Well we have a few threads on coal mining in Leeds now and various views, maps and I've even started going and looking. The Godfrey maps are essential to be able to pick out most mining sites, there's the definitive 1880 lists and Chameleons old geology maps. Perhaps all our efforts could combine to produce something definitive?

G.C. Dickinson writes the notes to the Godfrey maps and these are excellent and he seems VERY knowledgable - anyone know anything about him?

Godfrey's map for the York Road mine shows it as "York Road Ironworks" and certainly coal mines are intertwined with iron and fireclay mining and processing. You can't mistake the large spoil heap on the map and of course it's still there.

Interestingly there's a spoil heap marked on Torre Road which Dickinson says is a mine. He also says that a shaft was sunk in Harehills lane brickyard (the chimney is there and some waste land that may carry the shaft head) - so again what is marked as Brickworks may also have coal workings there too - this is the case at Blue Hill and othe other harehills Lane Brickworks down towards Roundhay road end where the mosque is now.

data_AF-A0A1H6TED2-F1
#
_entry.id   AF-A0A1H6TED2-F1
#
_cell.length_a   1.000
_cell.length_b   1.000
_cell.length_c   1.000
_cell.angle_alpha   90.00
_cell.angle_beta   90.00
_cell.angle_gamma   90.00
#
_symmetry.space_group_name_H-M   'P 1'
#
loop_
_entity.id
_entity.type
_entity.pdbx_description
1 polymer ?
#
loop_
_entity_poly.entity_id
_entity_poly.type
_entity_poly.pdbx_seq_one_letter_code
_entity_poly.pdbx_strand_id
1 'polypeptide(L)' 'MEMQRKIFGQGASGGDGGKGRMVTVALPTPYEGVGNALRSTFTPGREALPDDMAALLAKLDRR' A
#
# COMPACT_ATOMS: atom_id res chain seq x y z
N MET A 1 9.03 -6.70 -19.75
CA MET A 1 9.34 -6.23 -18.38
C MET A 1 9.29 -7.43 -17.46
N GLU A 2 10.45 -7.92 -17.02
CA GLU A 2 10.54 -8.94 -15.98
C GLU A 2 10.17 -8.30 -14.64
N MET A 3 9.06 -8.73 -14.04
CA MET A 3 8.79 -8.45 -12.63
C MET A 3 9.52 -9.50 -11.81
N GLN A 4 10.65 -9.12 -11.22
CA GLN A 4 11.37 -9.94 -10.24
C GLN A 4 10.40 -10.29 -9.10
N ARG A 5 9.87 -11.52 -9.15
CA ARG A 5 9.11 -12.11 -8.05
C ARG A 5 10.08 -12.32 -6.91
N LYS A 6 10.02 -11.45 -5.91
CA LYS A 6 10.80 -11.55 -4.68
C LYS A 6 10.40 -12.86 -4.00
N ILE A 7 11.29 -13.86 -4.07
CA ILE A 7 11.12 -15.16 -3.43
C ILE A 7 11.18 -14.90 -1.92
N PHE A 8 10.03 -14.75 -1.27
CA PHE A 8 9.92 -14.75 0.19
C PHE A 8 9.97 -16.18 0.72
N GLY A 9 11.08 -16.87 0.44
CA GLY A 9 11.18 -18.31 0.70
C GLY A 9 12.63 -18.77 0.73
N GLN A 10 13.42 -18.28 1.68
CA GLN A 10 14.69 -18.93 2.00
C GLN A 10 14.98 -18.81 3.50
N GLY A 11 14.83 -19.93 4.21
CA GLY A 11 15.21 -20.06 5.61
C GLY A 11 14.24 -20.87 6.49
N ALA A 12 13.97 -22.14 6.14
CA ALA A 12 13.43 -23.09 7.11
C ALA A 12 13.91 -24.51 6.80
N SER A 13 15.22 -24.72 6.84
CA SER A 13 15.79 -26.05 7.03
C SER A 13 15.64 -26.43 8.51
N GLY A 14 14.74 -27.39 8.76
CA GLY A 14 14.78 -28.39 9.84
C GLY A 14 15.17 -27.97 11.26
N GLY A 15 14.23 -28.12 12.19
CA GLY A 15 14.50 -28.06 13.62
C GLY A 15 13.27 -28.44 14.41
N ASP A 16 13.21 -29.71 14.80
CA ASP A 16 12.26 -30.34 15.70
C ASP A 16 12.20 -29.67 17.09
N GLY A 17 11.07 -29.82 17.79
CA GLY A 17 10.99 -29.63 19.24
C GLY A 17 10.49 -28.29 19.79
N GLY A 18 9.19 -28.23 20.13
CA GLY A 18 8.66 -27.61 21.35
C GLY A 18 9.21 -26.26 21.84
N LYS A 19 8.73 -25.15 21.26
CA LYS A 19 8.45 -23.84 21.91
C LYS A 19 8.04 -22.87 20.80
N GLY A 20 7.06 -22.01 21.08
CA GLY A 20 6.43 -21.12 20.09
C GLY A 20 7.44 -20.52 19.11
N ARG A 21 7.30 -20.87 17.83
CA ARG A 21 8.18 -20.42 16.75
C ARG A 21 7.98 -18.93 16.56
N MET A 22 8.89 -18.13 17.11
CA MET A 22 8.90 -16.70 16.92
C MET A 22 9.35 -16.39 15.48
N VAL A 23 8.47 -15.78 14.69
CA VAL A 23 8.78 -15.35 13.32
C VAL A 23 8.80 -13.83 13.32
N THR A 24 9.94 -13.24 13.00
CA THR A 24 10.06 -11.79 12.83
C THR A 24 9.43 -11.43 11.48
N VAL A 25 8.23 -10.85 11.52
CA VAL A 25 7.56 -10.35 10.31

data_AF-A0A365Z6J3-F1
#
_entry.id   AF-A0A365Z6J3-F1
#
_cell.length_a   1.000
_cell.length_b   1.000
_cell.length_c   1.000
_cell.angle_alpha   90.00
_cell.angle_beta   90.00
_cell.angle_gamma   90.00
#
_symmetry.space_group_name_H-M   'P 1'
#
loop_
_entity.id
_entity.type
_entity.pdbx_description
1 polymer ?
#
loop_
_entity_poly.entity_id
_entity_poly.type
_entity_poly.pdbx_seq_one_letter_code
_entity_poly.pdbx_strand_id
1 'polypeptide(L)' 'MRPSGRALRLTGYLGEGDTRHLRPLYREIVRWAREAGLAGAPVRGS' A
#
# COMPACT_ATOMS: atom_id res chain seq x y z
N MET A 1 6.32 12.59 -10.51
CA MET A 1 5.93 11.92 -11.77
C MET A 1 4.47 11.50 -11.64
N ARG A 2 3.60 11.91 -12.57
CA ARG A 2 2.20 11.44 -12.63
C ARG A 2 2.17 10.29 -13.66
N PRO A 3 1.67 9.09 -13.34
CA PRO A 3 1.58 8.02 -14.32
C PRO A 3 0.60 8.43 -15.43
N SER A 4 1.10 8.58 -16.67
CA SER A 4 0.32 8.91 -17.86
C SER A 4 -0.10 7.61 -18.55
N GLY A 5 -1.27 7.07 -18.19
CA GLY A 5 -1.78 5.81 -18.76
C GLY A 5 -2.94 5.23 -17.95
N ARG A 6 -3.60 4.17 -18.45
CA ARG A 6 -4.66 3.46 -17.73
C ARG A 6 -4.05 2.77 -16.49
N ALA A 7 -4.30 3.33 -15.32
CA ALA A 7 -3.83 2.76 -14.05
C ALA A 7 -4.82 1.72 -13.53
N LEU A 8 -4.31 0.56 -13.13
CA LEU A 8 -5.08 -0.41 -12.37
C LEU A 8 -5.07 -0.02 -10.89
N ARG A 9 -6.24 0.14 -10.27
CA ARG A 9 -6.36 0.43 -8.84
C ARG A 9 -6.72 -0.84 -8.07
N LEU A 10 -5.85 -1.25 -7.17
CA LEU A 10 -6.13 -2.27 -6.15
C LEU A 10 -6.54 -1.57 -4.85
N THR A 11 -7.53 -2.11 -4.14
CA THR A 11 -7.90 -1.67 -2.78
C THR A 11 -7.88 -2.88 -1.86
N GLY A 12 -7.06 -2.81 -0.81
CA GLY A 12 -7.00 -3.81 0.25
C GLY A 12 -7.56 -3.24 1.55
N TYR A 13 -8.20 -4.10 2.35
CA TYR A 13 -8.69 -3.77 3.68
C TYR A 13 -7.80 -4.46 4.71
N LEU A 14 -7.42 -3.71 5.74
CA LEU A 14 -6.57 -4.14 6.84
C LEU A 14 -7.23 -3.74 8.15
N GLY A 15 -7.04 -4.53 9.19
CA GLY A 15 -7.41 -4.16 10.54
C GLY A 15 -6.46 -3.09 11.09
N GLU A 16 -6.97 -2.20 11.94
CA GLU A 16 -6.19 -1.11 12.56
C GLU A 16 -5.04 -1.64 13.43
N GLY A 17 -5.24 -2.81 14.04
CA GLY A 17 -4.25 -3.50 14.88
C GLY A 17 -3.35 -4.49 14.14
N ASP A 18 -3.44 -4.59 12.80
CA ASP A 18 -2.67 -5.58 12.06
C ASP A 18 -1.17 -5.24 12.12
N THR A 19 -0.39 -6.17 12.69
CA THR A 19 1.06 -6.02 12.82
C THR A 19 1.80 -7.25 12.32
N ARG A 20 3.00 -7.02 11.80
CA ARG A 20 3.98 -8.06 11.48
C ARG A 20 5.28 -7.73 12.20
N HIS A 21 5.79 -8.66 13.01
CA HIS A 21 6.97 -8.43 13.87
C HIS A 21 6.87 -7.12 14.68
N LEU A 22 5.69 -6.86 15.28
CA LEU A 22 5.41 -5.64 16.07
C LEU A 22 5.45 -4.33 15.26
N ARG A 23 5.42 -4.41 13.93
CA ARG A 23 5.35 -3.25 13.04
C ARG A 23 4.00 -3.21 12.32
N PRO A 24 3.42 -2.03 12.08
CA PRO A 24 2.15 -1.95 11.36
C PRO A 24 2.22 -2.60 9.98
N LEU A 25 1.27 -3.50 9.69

As I said on another thread the spoil heaps of the West Yorkshire colliery are full of brick Clay!

Obscure mines by definition would be bell pits and shallow workings - that's the thing about East Leeds - if you want coal just go outside and dig down!

Once commercial works got going there's a better record of them.
Don't forget halton Moor colliery whcih I think is pictured on Leodis.
That's a fantastic record of what these sort of mines looked like - not always large winding houses with the big wheel!!!